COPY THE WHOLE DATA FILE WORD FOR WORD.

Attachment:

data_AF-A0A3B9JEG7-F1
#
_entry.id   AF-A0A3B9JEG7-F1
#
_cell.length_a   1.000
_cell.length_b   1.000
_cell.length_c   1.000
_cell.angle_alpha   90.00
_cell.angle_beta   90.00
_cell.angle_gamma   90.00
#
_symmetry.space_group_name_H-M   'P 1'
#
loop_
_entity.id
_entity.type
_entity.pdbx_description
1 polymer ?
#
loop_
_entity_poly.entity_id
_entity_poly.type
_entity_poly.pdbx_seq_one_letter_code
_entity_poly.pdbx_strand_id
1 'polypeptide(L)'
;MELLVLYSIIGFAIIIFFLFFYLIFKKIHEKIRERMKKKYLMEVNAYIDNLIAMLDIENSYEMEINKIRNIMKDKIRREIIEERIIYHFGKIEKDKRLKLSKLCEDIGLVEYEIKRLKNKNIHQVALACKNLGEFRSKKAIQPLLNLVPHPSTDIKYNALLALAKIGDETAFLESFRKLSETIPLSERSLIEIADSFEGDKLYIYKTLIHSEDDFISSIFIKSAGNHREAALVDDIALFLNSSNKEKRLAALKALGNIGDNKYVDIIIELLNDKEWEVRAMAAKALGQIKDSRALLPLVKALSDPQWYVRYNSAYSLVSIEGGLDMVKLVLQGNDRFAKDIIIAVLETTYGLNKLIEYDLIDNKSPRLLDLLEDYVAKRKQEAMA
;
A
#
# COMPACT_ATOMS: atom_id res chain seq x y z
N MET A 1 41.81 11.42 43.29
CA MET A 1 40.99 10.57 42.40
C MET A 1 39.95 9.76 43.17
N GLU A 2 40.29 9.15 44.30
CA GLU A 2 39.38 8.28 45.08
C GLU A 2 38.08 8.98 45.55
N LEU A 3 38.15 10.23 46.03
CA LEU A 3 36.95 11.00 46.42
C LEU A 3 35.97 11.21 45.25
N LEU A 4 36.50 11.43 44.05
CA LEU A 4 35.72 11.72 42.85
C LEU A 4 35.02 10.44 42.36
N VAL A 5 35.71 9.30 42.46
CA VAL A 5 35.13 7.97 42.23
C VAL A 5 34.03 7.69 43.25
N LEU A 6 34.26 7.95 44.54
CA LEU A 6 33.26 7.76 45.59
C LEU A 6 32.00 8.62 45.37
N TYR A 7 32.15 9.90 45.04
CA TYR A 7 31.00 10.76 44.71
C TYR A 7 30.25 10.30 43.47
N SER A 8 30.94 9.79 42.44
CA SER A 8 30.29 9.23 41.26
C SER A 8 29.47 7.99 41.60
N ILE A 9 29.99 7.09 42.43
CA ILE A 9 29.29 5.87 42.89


data_AF-A0A3B9JEG7-F1
#
_entry.id   AF-A0A3B9JEG7-F1
#
_cell.length_a   1.000
_cell.length_b   1.000
_cell.length_c   1.000
_cell.angle_alpha   90.00
_cell.angle_beta   90.00
_cell.angle_gamma   90.00
#
_symmetry.space_group_name_H-M   'P 1'
#
loop_
_entity.id
_entity.type
_entity.pdbx_description
1 polymer ?
#
loop_
_entity_poly.entity_id
_entity_poly.type
_entity_poly.pdbx_seq_one_letter_code
_entity_poly.pdbx_strand_id
1 'polypeptide(L)'
;MELLVLYSIIGFAIIIFFLFFYLIFKKIHEKIRERMKKKYLMEVNAYIDNLIAMLDIENSYEMEINKIRNIMKDKIRREIIEERIIYHFGKIEKDKRLKLSKLCEDIGLVEYEIKRLKNKNIHQVALACKNLGEFRSKKAIQPLLNLVPHPSTDIKYNALLALAKIGDETAFLESFRKLSETIPLSERSLIEIADSFEGDKLYIYKTLIHSEDDFISSIFIKSAGNHREAALVDDIALFLNSSNKEKRLAALKALGNIGDNKYVDIIIELLNDKEWEVRAMAAKALGQIKDSRALLPLVKALSDPQWYVRYNSAYSLVSIEGGLDMVKLVLQGNDRFAKDIIIAVLETTYGLNKLIEYDLIDNKSPRLLDLLEDYVAKRKQEAMA
;
A
#
# COMPACT_ATOMS: atom_id res chain seq x y z
N MET A 1 41.81 11.42 43.29
CA MET A 1 40.99 10.57 42.40
C MET A 1 39.95 9.76 43.17
N GLU A 2 40.29 9.15 44.30
CA GLU A 2 39.38 8.28 45.08
C GLU A 2 38.08 8.98 45.55
N LEU A 3 38.15 10.23 46.03
CA LEU A 3 36.95 11.00 46.42
C LEU A 3 35.97 11.21 45.25
N LEU A 4 36.50 11.43 44.05
CA LEU A 4 35.72 11.72 42.85
C LEU A 4 35.02 10.44 42.36
N VAL A 5 35.71 9.30 42.46
CA VAL A 5 35.13 7.97 42.23
C VAL A 5 34.03 7.69 43.25
N LEU A 6 34.26 7.95 44.54
CA LEU A 6 33.26 7.76 45.59
C LEU A 6 32.00 8.62 45.37
N TYR A 7 32.15 9.90 45.04
CA TYR A 7 31.00 10.76 44.71
C TYR A 7 30.25 10.30 43.47
N SER A 8 30.94 9.79 42.44
CA SER A 8 30.29 9.23 41.26
C SER A 8 29.47 7.99 41.60
N ILE A 9 29.99 7.09 42.43
CA ILE A 9 29.29 5.87 42.89